This was freaky alright. Directly from there I had to head into the college and work as if that meeting hadn’t just happened.

My head swirled that day. I knew everything about the job I’d be leaving, but couldn’t really know what full-time painting would be like until I was immersed. I’d be swapping known for unknown, and getting paid less to do it, though if it worked out I’d eventually earn more than ever. I had my wife’s support, but still, the risk would be one of the biggest I’d ever taken. This opportunity had come much faster than I’d anticipated, if I’d anticipated any opportunity at all.

…I had to seize it. The next evening I called one of the owners to accept the job and confirm a start date. The next morning I solemnly submitted my two-week notice to the place I’d worked for almost ten years—just eight days since I even considered painting! I could hardly believe what I was doing. My co-workers were shocked, too, but they understood, and even threw together a couple farewell parties for me. Until then I’d felt a peculiar assurance. Leaving on such good terms, though, I couldn’t help doubting the decision I made.

But now, two months into my new job, I know I made the right move.

At least for now. (Check back after I’ve scraped [paint off] a few more millionaires’ floors.) A job is a job, but here’s what makes the grass greener:

  • Physicality  — I’d rather be physically tired or even sore compared to the exhaustion from working with people. I hated the idea of draining all my politeness having to be “on” all day, and coming home tight-lipped or crabby to my family when they’re excited to see me. I also burn many more calories during the day, and suddenly spared my body from 40 hours of sitting a week.
  • Simplicity  — The work is refreshingly straight-forward. Emotion is rarely a factor. And there aren’t any meetings, e-mails, or seminars.
  • Accountability — There’s not much room for interpretation. We’re all just expected to get our work done well and efficiently. There’s no hiding incompetence, no defensiveness, and no shifting blame.
  • The vibe — I’m a pretty sensitive guy—I blog, even!—but in an office I felt like a business-casual Andrew Dice Clay. Working a trade I still mostly keep to myself, but it feels so much better to not walk on eggshells. The communication is also refreshingly direct.
  • The learning — Can’t say I’ve mastered painting, prep work, caulking, and sanding yet, but already these are skills I’ll carry forever, that I didn’t have before. (I cringe at the walls I painted in my house as an amateur.) If I ever wanted or needed, I could do this work independently for cash. I’m also trying to glean what I can about the other trades I work around—carpentry, electrical work, plumbing, masonry, flooring, etc.
  • Changing locations — From sitting in the same cubicle every day, to working at different sites in different towns every couple of weeks if not days.
  • Tangible, aesthetic results — There’s little sense of accomplishment from clicking a spreadsheet or list closed once it’s finished. But seeing a skeletal frame evolve into a unique, finished home will never get old.
  • Much more sunlight/fresh air — I still work almost entirely inside, but I’m usually surrounded by windows, and there are plenty of trips in and out of the houses.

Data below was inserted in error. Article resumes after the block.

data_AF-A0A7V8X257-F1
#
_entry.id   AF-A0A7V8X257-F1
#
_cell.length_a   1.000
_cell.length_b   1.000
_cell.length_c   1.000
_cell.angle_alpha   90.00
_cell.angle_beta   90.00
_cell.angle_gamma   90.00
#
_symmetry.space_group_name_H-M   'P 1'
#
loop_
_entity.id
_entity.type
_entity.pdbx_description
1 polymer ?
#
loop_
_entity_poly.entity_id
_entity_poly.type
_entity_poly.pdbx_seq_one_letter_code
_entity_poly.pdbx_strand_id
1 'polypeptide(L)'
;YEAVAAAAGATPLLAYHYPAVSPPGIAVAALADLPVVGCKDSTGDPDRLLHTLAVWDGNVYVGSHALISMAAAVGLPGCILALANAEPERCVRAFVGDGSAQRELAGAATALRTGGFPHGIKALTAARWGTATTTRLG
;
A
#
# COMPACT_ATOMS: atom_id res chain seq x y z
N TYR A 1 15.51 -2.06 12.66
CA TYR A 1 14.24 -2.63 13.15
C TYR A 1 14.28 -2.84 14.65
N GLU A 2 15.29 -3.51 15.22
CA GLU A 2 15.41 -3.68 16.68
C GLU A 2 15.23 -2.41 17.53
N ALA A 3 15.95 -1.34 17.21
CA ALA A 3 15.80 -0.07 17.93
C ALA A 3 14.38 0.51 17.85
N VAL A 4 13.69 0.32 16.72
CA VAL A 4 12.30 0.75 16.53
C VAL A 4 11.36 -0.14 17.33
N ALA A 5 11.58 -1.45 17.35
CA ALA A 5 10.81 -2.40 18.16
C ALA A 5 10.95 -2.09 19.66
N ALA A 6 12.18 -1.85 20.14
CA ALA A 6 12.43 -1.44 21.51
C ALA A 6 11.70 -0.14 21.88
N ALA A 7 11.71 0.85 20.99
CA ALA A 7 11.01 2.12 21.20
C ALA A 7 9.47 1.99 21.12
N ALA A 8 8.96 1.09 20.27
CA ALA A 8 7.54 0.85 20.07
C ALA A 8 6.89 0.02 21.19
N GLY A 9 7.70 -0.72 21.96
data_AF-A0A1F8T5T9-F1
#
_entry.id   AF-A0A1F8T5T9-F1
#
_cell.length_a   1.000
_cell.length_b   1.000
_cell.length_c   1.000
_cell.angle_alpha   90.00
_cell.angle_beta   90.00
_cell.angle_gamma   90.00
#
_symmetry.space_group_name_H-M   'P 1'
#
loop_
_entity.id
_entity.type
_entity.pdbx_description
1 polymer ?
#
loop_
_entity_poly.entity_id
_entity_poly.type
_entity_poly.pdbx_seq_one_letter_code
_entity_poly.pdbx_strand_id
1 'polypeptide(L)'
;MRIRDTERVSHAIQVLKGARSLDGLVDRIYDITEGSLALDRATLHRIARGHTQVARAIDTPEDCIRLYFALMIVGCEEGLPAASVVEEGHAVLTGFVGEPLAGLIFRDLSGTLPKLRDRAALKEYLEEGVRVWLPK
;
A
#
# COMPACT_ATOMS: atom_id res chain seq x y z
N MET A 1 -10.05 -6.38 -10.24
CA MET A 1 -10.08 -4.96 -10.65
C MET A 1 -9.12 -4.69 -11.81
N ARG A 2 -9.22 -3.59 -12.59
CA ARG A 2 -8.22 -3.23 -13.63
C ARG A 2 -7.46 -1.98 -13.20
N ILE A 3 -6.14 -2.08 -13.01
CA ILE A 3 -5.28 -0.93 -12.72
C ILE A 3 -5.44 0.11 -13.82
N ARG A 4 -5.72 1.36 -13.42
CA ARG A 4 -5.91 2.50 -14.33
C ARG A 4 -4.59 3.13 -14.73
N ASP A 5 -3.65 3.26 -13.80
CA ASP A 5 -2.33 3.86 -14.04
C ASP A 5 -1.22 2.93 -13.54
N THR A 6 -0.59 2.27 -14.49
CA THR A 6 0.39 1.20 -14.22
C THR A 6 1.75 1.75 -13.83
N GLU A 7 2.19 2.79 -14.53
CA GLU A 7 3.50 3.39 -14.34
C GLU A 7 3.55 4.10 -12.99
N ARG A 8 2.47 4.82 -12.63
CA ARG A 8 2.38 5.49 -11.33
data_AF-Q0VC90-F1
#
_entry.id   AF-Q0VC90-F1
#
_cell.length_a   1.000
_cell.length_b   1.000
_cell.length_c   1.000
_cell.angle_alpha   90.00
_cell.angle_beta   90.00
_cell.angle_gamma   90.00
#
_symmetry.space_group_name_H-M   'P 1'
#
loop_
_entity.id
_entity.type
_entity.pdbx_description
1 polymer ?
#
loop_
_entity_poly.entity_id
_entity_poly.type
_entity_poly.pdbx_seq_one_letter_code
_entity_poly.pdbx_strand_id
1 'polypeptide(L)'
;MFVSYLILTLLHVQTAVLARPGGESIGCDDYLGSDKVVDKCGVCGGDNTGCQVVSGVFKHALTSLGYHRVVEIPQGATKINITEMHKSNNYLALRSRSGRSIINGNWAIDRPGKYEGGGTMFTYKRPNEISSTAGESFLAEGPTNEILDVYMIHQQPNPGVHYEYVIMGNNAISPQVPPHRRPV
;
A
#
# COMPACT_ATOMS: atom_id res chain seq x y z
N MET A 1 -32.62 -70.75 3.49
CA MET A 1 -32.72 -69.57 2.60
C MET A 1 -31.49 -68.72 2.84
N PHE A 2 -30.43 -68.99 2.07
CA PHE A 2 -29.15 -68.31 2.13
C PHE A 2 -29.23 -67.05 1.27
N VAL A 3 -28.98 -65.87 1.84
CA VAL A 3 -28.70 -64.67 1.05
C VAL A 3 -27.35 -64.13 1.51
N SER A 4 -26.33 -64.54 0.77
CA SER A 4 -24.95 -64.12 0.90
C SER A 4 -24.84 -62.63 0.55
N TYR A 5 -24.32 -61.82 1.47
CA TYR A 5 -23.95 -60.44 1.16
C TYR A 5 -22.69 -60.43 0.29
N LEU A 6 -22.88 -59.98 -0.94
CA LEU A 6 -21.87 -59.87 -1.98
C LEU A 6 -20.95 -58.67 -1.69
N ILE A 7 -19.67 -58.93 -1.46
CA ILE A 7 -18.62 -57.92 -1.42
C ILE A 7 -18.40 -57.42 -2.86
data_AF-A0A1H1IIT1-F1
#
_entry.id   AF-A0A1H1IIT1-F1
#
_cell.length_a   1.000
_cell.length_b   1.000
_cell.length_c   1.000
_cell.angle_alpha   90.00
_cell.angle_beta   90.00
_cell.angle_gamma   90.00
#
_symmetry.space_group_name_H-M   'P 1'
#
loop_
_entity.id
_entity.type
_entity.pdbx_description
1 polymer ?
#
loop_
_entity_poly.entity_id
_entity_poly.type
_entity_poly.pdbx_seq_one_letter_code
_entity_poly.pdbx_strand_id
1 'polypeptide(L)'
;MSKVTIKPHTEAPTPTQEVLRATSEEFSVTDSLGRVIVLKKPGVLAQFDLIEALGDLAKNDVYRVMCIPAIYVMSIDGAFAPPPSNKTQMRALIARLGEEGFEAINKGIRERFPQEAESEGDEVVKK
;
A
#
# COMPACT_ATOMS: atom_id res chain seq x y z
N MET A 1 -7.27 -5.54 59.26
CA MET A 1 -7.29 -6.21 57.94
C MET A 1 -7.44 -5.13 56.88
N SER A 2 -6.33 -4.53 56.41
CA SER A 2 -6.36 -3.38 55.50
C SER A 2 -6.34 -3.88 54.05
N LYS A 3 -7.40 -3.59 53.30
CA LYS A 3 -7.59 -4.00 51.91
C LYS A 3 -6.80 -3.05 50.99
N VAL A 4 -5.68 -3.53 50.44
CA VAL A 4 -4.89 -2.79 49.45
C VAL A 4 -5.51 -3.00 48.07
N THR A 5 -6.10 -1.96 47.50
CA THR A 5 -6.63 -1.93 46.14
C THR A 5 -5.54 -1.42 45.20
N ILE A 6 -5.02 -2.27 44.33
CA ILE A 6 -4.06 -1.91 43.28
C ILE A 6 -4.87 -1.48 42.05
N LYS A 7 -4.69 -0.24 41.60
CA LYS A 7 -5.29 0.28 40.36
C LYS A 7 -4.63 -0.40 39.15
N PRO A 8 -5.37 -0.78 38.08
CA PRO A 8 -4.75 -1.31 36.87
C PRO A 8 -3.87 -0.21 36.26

• No screens — Typing this blog has constituted more time staring at a computer screen than I’ve spent in the last two months combined, whereas dual monitors used to assault my eyes eight hours a day.
  • No fluorescent lights — Everything I’d hoped it’d be.
  • No dress code — Ditto!
  • Team work/collaboration — Modern offices like to pride themselves on their collaborative environment, but even with cubicle walls removed, workers are still essentially atomized. In trades, workers are like members of some savage symphony.
  • Leaner schedule/life — After a long day of work, then dinner and family time, it’s pretty much time for me to hit the hay, so without noticing I’ll go days without spending money or having a drink. It’s also got me valuing my free time more than ever, and I somehow do more because I’ve got less time.
  • Job security — The inherent insecurity in any trade is whether a given company can find work to do, so that goes without saying. But as long as I show up and do what I’m supposed to do, I’m set. The beauty of trades work is it will always be needed, it cannot be outsourced overseas, and it cannot be automated.
  • Improvisation — As opposed to micromanagement.

In the interest of fairness, here are the things I don’t like:

  • Early/long hours — I’ve been a night owl forever, so this isn’t natural for me. I’m also worried what this earlier schedule will mean for my social life and creative endeavors, which usually burn midnight oil.
  • Beating up my hands — Lots of scrapes, nicks, and broken nails. Working with caulk, putty, paints, and stains means scrubbing all that stuff off my hands and fingernails every night. Going to be a battle not to wreck my mitts (though my hands are stronger than before).
  • Port-a-potties — Self-explanatory.

In all ways this is rougher work than I’d been used to. I’ve been preferring it, but it’s going to take extra effort to keep it that way. This means a routine of stretching and light exercise every morning and night, but also keeping my mind and heart in good condition, detoxing daily with poetry or philosophy, and sweet, sweet family time.

I needed a lot of encouragement to make this switch, so I wanted to write this and pass some onto others. If you’re not liking your line of work (or lack thereof) I hope this offers some insight. If you’ve got some coordination, brain cells, discipline, and humility, you just might be happier taking on a trade.